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Game, set and match

7 June 2023

The lawn tennis season starts this month and while we’re waiting for the umpire to take to the chair, the line judges to get into position and the players to get warmed up, here’s a short history of the game.

The origins of tennis can be traced to a 12th–13th-century French handball game called jeu de paume (“game of the palm”). In the 16th century rackets came into use and the game was renamed real tennis. Henry VIII of England was a big fan and the court he played on at Hampton Court is still in use today.  

Real tennis declined during the 18th and early 19th centuries and, in its place, three other racquet sports emerged: racquets, squash racquets and lawn tennis. Between 1859 and 1865, Major Harry Gem, a Birmingham based solicitor, combined elements of the game of racquets and played it on a croquet lawn in Edgbaston. In 1872, he moved to Leamington Spa and in 1874, with two doctors from the Warneford Hospital, founded the world’s first tennis club, the Leamington Tennis Club.

As tennis grew in popularity, the All England Croquet Club set aside one of its lawns at Wimbledon for tennis. The game quickly proved popular and the club changed its name to the All England Croquet and Lawn Tennis Club. In 1877, the club held its first tennis championship and twenty-two entries were received. Tennis continues to remain popular today and, on average, ranks among the top five played sports as well as one of the world’s most watched sports.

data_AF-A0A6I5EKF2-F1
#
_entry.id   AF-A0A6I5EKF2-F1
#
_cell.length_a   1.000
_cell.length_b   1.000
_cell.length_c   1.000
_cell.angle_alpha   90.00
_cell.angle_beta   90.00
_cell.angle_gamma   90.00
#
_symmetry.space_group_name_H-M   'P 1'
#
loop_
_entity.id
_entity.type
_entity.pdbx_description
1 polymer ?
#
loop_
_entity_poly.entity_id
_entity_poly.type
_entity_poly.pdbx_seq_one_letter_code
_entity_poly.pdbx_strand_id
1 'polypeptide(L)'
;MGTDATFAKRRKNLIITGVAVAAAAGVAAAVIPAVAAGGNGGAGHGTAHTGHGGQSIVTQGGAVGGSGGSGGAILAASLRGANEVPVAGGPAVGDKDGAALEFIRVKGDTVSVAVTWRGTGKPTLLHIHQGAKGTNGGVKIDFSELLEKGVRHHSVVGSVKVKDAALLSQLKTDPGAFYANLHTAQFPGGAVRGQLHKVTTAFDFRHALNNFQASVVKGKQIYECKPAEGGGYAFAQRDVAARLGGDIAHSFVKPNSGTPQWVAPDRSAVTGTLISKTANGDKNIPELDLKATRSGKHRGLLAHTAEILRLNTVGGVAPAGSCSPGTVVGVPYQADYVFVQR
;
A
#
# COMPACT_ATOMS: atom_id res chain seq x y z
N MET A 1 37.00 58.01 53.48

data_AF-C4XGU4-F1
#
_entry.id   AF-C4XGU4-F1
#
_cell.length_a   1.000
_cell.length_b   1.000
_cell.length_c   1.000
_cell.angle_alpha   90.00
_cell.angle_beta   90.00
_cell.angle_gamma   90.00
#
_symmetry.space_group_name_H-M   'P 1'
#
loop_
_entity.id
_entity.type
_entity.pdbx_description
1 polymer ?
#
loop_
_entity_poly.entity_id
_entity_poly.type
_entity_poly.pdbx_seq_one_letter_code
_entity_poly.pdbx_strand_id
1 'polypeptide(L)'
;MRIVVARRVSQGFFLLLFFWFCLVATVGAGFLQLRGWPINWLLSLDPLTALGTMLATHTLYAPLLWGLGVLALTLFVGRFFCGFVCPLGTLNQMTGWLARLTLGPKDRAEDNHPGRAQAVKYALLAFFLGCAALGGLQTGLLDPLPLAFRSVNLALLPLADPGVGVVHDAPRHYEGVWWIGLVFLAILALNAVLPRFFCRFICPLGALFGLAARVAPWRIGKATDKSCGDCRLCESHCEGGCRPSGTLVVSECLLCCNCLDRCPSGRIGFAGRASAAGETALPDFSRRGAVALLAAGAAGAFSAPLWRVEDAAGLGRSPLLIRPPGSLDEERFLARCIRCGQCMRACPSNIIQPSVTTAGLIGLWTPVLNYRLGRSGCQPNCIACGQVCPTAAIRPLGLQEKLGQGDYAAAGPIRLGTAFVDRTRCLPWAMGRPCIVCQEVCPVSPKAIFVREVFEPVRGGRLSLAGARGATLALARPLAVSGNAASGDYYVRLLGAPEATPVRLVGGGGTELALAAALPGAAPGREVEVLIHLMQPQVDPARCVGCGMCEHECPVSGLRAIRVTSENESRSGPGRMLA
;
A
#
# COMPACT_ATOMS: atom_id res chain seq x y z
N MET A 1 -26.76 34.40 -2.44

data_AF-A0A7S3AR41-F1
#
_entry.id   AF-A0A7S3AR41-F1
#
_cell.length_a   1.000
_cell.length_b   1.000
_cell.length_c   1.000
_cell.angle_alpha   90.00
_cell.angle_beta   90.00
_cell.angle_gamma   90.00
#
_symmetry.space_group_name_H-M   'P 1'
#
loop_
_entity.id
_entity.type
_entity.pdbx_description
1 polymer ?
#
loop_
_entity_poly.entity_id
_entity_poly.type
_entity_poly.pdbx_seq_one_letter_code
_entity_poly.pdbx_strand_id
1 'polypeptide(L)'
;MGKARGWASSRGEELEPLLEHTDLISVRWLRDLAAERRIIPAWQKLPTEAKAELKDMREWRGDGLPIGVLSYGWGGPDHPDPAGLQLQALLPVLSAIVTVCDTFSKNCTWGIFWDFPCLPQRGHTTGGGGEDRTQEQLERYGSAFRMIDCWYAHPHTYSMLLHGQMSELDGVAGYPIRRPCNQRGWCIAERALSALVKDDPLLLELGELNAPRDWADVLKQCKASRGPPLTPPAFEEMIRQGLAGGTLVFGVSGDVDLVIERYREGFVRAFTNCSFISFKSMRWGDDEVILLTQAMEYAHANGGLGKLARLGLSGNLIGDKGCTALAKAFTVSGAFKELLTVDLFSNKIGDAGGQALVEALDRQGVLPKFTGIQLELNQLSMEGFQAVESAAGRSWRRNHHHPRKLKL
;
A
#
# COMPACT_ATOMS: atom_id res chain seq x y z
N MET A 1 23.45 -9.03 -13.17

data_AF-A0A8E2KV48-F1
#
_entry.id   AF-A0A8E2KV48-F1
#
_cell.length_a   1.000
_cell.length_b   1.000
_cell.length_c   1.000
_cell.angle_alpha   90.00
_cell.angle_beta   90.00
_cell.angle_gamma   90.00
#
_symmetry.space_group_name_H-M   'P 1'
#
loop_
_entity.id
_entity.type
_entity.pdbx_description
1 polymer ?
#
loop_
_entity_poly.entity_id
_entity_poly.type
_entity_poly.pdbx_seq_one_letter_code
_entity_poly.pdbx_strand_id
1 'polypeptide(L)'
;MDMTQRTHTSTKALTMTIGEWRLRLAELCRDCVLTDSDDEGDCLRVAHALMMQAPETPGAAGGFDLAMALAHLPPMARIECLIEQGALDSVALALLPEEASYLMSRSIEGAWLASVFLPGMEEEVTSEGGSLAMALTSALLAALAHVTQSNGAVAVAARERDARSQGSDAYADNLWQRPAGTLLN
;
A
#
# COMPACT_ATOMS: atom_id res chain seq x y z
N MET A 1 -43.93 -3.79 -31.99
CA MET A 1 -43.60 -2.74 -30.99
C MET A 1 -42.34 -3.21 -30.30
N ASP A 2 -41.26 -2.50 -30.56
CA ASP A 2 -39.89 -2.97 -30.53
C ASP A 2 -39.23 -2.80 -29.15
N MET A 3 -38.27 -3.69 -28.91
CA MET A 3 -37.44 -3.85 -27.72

While the Wimbledon Championships starts at the beginning of July, the grass-court season is ready to serve a host of tournaments during June. From 12-18 June, The Nottingham Open, features some of the top female and male players. This is followed by the all female tournament, The Birmingham Classic, and The Queen’s Club Championships which attracts some of the world’s best male players. The Birmingham Classic and The Queen’s Club Championships both take place from 19-25 June. All of the tournaments will be available to watch on the BBC.

If cricket or Formula One is your preferred sport, the BBC will be showing highlights of the Ashes First Test from 16-20 June as well as the ICC World Test Championships from 7-11 June. If Formula One is your passion, Channel 4 will show highlights of the Canadian Grand Prix qualifying on 17 June and the race on 18 June.

Whether your passion is tennis, cricket or Formula One, don’t let TV interference spoil your viewing.  If you have noticed new TV interference (we promise, it’s not Hawkeye) – there’s a small chance it may be due to new mobile signals. We’re here to help – contact us on 0808 13 13 800 (free from UK landlines and mobiles).

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